3. Public Awareness. Demand for SWM services varies within and between Pacific DMCs. In some cases, community demand for SWM services is low because of a lack of information about the benefits of effective SWM and a reliance on environmentally-damaging, traditional waste disposal methods. In others, where demand is strong, community groups, the private sector, or governments have stepped in to provide SWM services. As in many countries, not-in-my-backyard (NIMBY) attitudes impose restrictions on the placement of SWM services and infrastructure. Increased public awareness of the need for and benefits derived from effective SWM is necessary to sustain improvements in SWM.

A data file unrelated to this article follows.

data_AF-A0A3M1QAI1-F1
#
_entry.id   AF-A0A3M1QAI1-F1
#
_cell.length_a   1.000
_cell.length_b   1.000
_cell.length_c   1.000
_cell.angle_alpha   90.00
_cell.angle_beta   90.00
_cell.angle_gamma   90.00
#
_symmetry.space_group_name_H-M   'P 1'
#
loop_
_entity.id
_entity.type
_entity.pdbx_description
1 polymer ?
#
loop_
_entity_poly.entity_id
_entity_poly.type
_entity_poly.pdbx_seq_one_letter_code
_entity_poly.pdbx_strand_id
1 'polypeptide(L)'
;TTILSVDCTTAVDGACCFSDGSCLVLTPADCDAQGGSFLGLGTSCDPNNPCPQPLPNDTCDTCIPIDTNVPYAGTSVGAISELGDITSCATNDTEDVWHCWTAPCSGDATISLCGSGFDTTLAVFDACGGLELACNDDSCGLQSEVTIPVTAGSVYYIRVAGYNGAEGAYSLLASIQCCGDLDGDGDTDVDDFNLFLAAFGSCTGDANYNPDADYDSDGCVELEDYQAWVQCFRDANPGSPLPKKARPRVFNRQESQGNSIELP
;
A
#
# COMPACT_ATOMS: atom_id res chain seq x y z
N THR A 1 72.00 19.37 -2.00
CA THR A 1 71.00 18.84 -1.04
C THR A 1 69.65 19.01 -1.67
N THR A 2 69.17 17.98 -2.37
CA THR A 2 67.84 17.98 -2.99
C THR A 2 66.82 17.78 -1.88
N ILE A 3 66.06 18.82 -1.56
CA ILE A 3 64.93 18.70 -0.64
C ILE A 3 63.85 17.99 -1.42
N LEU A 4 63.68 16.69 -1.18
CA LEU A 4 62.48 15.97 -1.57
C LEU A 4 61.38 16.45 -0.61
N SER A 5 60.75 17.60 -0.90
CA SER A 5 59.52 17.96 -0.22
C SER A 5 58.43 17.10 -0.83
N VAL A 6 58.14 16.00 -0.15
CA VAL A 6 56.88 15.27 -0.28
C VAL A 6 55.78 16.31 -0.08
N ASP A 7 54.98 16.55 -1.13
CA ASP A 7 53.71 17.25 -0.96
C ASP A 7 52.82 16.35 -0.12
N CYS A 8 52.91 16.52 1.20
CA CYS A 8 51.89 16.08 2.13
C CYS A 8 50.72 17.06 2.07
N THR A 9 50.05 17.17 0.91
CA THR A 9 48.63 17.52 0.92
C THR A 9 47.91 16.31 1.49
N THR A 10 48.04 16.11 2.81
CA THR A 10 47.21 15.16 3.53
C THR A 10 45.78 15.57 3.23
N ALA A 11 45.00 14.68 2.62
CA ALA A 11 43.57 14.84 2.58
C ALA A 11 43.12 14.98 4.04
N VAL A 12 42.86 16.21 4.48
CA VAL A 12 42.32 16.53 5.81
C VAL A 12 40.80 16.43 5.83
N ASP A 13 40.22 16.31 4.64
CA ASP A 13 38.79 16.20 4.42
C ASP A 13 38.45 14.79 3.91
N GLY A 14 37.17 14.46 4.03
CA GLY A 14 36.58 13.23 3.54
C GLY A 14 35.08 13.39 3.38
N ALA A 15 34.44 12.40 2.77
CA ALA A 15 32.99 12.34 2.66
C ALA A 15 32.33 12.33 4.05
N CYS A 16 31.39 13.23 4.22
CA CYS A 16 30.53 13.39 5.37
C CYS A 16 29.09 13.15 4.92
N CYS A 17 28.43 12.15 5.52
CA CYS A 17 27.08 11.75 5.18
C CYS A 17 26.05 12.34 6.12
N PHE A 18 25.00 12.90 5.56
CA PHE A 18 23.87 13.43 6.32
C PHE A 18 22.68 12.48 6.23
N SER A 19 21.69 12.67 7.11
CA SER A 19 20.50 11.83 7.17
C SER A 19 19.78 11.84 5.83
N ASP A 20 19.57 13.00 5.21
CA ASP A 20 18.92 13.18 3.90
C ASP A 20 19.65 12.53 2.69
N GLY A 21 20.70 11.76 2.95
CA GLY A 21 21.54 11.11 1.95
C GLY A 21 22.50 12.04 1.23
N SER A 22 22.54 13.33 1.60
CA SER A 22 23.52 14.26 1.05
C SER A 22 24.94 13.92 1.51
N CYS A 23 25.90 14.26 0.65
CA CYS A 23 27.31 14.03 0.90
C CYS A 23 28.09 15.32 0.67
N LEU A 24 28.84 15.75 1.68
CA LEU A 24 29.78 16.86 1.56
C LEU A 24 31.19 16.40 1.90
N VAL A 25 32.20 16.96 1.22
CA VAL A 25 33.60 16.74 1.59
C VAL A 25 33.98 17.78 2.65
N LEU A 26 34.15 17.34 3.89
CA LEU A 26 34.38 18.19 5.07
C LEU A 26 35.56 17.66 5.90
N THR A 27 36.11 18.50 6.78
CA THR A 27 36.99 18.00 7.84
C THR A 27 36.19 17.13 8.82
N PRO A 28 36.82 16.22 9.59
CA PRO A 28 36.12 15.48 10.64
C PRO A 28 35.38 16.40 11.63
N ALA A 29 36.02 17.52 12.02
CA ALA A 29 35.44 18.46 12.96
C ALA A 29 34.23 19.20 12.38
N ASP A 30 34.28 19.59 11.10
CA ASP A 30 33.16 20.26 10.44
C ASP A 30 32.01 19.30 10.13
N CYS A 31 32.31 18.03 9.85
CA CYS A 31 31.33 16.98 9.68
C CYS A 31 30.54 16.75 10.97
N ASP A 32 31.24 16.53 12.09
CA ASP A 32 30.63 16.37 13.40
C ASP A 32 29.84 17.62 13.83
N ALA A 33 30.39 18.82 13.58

4. Financing. Pacific DMCs face challenges in financing SWM systems because residents are reluctant to pay for poor service, revenues collected are not earmarked for SWM costs, and recycling off-island is expensive. The remoteness of many PICs results in high costs for consumables for waste management that must be imported. Many Pacific DMCs are also not taking advantage of the potential revenue generation opportunities in composting and recycling. Despite 58% of waste generated being biodegradable, solid waste is not commonly composted privately or at landfills. The opportunity to reduce waste entering landfills through composting generally remains untapped. Recycling is more common than composting, but is very costly as it often means shipping recyclable waste to facilities overseas. The fact that solid waste financing has not kept pace with growth in waste quantities exacerbates existing financing challenges.